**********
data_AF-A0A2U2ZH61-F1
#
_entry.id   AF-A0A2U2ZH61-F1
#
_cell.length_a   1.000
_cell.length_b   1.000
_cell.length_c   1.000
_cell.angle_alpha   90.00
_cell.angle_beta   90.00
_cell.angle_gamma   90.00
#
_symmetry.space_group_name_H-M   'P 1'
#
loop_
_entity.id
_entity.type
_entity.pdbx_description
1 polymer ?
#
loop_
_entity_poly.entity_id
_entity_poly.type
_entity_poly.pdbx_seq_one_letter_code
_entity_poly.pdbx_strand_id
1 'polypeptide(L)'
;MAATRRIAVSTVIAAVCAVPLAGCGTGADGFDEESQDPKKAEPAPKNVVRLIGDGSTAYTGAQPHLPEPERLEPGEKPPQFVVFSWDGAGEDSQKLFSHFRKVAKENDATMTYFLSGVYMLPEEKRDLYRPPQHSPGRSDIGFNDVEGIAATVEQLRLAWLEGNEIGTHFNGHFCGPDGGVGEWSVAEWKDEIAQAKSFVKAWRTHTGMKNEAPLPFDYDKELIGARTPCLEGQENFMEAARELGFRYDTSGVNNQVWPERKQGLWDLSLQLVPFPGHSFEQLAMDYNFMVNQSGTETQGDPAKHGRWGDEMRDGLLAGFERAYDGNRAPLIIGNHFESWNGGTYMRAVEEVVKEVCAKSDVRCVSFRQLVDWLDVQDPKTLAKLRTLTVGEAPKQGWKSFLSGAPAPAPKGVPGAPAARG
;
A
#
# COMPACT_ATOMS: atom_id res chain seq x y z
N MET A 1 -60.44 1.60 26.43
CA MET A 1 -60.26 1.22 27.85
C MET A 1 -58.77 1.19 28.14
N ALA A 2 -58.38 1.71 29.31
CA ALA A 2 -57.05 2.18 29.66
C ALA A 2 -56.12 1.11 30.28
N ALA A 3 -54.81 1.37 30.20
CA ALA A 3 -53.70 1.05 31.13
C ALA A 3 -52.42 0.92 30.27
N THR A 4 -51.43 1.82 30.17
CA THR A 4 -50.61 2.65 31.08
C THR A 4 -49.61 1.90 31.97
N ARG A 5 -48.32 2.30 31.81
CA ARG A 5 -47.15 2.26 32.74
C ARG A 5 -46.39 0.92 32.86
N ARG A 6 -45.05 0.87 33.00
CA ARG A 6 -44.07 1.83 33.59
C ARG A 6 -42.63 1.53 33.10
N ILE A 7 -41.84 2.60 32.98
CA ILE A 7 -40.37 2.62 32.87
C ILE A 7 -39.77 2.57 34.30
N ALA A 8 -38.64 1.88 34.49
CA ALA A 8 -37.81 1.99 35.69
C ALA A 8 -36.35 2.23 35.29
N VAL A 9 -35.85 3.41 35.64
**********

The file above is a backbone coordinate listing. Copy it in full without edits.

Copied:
data_AF-A0A2U2ZH61-F1
#
_entry.id   AF-A0A2U2ZH61-F1
#
_cell.length_a   1.000
_cell.length_b   1.000
_cell.length_c   1.000
_cell.angle_alpha   90.00
_cell.angle_beta   90.00
_cell.angle_gamma   90.00
#
_symmetry.space_group_name_H-M   'P 1'
#
loop_
_entity.id
_entity.type
_entity.pdbx_description
1 polymer ?
#
loop_
_entity_poly.entity_id
_entity_poly.type
_entity_poly.pdbx_seq_one_letter_code
_entity_poly.pdbx_strand_id
1 'polypeptide(L)'
;MAATRRIAVSTVIAAVCAVPLAGCGTGADGFDEESQDPKKAEPAPKNVVRLIGDGSTAYTGAQPHLPEPERLEPGEKPPQFVVFSWDGAGEDSQKLFSHFRKVAKENDATMTYFLSGVYMLPEEKRDLYRPPQHSPGRSDIGFNDVEGIAATVEQLRLAWLEGNEIGTHFNGHFCGPDGGVGEWSVAEWKDEIAQAKSFVKAWRTHTGMKNEAPLPFDYDKELIGARTPCLEGQENFMEAARELGFRYDTSGVNNQVWPERKQGLWDLSLQLVPFPGHSFEQLAMDYNFMVNQSGTETQGDPAKHGRWGDEMRDGLLAGFERAYDGNRAPLIIGNHFESWNGGTYMRAVEEVVKEVCAKSDVRCVSFRQLVDWLDVQDPKTLAKLRTLTVGEAPKQGWKSFLSGAPAPAPKGVPGAPAARG
;
A
#
# COMPACT_ATOMS: atom_id res chain seq x y z
N MET A 1 -60.44 1.60 26.43
CA MET A 1 -60.26 1.22 27.85
C MET A 1 -58.77 1.19 28.14
N ALA A 2 -58.38 1.71 29.31
CA ALA A 2 -57.05 2.18 29.66
C ALA A 2 -56.12 1.11 30.28
N ALA A 3 -54.81 1.37 30.20
CA ALA A 3 -53.70 1.05 31.13
C ALA A 3 -52.42 0.92 30.27
N THR A 4 -51.43 1.82 30.17
CA THR A 4 -50.61 2.65 31.08
C THR A 4 -49.61 1.90 31.97
N ARG A 5 -48.32 2.30 31.81
CA ARG A 5 -47.15 2.26 32.74
C ARG A 5 -46.39 0.92 32.86
N ARG A 6 -45.05 0.87 33.00
CA ARG A 6 -44.07 1.83 33.59
C ARG A 6 -42.63 1.53 33.10
N ILE A 7 -41.84 2.60 32.98
CA ILE A 7 -40.37 2.62 32.87
C ILE A 7 -39.77 2.57 34.30
N ALA A 8 -38.64 1.88 34.49
CA ALA A 8 -37.81 1.99 35.69
C ALA A 8 -36.35 2.23 35.29
N VAL A 9 -35.85 3.41 35.64